I’ve written before about driving into the clouds and that’s very much what driving to South Lake Tahoe feels like to me; soaring into the sky, a vast openness before us, nowhere special to go but no matter where you end up going or what you end up doing it’s going to feel special.
There’s something about that mountain air, about the beauty and openness of Tahoe that makes me feel introspective. In a good way. I think about life and the wonder of it all. I think about nature and beauty and how everything around us is so old but we are so new. I think about the past; not my past but the past of the world, the past of the rocks and the trees, the valleys and rivers and I am amazed that these things are still with us, still gorgeous and alive. I feel young. I feel small, but in a good way. I am just one thing in the universe. What do I bring to it? What part am I in this landscape of centuries?
I believe just appreciating it all, just taking it in and etching the moment in your brain, a painting of this sky, this mountain, this day embedded in your head forever is sometimes enough. To stand awed by it, to be made breathless when you round a bend and see a deep blue lake sparkling with sunspots ahead of you, gigantic, low clouds hovering above, majestic giants forming deep forests on hills; to see all that before you and have your heart feel like this is enough, this is all your eyes were meant to see, to understand how long this view has been here and the history it holds - that’s enough. That’s our part. To see it, to acknowledge its awesomeness, to feel it in our hearts and our souls, the way we feel music or art, to keep that in you at all times, that is our part.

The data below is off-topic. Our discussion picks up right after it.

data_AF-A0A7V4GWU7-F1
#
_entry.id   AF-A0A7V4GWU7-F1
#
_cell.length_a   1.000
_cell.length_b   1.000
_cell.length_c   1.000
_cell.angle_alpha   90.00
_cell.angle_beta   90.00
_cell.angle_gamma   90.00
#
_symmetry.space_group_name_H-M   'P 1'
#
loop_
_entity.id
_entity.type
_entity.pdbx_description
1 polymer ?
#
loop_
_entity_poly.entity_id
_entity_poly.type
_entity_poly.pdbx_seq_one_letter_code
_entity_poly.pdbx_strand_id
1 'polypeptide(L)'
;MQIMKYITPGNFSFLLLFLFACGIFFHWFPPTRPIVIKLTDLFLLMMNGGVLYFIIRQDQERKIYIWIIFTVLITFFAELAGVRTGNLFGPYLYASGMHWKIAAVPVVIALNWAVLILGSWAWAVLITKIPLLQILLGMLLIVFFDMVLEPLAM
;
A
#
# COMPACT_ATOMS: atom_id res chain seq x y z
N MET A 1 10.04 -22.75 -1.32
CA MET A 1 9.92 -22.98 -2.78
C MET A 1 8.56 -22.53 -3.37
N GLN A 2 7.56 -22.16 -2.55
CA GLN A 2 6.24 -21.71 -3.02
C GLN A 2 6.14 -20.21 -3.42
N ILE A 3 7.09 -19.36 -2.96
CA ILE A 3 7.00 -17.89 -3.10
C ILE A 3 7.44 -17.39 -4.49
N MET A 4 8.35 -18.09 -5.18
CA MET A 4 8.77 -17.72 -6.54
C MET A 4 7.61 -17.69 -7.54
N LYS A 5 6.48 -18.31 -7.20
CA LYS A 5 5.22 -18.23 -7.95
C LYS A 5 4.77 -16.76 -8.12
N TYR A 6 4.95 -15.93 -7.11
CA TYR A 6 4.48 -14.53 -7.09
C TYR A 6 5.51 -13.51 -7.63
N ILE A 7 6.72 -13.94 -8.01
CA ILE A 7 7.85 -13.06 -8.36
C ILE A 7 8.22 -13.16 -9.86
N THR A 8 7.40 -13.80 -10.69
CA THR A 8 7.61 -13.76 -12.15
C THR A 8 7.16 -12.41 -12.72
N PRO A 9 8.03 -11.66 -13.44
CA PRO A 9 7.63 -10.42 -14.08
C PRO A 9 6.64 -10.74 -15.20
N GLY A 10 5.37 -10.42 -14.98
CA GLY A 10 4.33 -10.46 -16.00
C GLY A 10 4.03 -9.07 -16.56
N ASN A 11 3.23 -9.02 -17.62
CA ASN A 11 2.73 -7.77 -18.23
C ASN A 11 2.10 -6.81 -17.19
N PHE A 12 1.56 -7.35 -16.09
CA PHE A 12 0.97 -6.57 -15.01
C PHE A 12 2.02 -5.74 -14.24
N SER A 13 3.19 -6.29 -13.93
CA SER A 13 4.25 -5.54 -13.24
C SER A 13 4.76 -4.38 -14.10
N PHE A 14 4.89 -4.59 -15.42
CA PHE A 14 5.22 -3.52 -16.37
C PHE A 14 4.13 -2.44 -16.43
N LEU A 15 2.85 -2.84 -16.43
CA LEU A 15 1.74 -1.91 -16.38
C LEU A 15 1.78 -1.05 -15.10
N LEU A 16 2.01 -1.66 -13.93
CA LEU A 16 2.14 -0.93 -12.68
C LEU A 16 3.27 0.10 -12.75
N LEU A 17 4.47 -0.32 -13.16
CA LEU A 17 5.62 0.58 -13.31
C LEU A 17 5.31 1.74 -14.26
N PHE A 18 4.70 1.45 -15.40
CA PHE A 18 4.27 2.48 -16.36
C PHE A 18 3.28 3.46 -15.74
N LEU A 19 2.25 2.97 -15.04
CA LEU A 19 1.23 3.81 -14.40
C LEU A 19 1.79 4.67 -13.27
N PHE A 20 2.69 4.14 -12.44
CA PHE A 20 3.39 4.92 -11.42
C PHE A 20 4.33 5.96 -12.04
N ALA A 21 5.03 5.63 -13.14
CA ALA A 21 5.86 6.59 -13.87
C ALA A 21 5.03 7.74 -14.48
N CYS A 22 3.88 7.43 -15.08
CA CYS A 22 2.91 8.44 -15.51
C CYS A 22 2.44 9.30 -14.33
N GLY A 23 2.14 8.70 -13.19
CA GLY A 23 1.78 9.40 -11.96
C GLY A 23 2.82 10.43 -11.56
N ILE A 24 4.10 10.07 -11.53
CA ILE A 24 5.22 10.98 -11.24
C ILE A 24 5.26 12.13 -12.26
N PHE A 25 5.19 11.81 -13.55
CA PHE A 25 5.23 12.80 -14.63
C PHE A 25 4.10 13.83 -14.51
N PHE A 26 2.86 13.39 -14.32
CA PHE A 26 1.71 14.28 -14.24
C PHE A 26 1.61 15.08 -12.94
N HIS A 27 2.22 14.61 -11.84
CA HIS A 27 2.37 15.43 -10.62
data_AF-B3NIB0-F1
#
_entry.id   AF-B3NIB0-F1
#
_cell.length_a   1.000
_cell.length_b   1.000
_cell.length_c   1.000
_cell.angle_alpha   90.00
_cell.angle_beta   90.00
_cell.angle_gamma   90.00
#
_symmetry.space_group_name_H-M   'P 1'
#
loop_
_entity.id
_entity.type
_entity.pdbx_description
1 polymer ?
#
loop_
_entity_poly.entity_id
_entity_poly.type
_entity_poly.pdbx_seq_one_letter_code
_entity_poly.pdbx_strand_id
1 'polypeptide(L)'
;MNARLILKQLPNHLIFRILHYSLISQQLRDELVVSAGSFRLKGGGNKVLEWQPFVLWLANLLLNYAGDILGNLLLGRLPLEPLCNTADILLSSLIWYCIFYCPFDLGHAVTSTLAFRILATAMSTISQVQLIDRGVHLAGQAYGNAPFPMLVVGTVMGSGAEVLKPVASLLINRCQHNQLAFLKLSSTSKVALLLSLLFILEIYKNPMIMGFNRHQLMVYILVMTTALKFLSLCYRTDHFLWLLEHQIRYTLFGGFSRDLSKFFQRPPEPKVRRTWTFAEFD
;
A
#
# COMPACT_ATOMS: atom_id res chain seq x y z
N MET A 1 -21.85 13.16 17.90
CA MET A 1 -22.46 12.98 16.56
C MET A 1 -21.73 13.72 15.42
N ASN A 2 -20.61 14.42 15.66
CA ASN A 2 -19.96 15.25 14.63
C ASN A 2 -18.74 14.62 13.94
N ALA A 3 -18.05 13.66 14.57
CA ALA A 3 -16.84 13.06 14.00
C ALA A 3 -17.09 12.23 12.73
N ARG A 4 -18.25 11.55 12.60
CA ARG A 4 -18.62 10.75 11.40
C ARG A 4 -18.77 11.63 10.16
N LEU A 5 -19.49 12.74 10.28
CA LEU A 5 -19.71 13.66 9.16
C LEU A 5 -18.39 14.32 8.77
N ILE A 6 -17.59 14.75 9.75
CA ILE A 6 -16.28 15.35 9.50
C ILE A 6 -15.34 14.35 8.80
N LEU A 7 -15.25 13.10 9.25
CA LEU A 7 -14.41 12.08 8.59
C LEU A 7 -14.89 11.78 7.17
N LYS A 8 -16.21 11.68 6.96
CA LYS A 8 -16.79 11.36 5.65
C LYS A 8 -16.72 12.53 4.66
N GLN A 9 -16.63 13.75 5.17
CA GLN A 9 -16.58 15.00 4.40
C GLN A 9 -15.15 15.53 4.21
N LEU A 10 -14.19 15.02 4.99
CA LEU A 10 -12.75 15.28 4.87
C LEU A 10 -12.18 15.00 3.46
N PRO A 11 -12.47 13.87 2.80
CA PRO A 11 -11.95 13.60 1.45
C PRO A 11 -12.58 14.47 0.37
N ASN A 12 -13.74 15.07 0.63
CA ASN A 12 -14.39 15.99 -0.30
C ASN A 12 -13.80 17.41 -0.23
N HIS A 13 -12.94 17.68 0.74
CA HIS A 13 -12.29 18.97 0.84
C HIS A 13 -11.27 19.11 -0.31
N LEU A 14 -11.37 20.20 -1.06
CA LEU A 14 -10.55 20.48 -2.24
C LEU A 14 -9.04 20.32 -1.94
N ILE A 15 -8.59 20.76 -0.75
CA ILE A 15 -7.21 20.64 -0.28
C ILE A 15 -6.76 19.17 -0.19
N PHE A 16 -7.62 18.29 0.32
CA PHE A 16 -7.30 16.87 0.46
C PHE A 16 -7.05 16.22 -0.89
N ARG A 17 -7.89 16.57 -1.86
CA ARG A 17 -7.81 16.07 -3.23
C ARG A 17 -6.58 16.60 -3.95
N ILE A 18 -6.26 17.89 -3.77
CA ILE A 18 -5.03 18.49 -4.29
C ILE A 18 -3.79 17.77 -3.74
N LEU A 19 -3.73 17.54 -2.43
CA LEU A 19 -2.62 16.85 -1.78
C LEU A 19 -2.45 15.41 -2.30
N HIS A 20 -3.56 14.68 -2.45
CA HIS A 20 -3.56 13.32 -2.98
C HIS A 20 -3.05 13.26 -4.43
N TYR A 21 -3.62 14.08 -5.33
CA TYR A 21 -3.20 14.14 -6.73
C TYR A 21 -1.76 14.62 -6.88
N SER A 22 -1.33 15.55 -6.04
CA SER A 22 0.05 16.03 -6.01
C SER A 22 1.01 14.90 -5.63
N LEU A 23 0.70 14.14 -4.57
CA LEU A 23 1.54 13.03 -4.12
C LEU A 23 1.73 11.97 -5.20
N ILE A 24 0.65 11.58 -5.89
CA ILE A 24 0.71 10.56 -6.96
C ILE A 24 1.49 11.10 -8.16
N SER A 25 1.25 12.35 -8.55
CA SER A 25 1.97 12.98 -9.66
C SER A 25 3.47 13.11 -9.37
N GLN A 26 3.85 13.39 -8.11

There’s a freeness that comes with this, for me. A lifting of my heart, a parting of whatever clouds I brought along with me. On the road, driving into the clouds, feeling renewed and inspired. I want to return to the universe what it has given to me and that is, simply, its beauty. And to do that, I appreciate it. I embrace it with my soul.
I don’t believe in God. But I do believe in some kind of higher power, in something that is bigger than all of us. And this is it. I believe in the earth, the world, the universe. I believe in nature and the power it holds over me, the ability to make me want to do better and be better just as a way of being thankful.
I remember this feeling when I am home looking at the stars, leaving footprints in the sand on the beach, watching a tree change its dressing from green to gold and red. I remember it during every sunrise and sunset, every time I plant a seed or admire a flower. I remember when I am standing witness to mountains that hold thousands of years worth of secrets. It’s always there. And it’s always renewed and revitalized when I drive into the clouds of Tahoe.